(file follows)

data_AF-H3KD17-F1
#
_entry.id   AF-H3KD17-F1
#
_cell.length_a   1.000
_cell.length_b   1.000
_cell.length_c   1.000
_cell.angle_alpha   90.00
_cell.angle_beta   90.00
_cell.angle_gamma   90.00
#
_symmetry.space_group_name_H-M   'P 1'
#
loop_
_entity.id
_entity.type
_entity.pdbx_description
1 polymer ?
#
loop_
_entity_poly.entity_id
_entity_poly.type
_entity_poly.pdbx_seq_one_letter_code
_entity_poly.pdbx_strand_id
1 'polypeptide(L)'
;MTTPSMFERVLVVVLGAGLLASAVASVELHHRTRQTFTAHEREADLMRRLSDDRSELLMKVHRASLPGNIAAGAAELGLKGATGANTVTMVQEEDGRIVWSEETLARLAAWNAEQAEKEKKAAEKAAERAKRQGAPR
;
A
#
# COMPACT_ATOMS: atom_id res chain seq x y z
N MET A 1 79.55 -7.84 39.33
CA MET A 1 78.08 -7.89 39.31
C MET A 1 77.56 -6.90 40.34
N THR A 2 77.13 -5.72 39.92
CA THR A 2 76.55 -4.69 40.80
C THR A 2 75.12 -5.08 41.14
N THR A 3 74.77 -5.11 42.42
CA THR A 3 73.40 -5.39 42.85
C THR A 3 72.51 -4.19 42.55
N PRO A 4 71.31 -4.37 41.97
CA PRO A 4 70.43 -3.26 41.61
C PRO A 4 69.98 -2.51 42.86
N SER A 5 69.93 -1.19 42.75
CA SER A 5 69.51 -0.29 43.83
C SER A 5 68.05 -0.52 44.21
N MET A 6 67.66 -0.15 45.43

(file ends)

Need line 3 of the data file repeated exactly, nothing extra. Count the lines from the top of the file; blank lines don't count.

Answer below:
_entry.id   AF-H3KD17-F1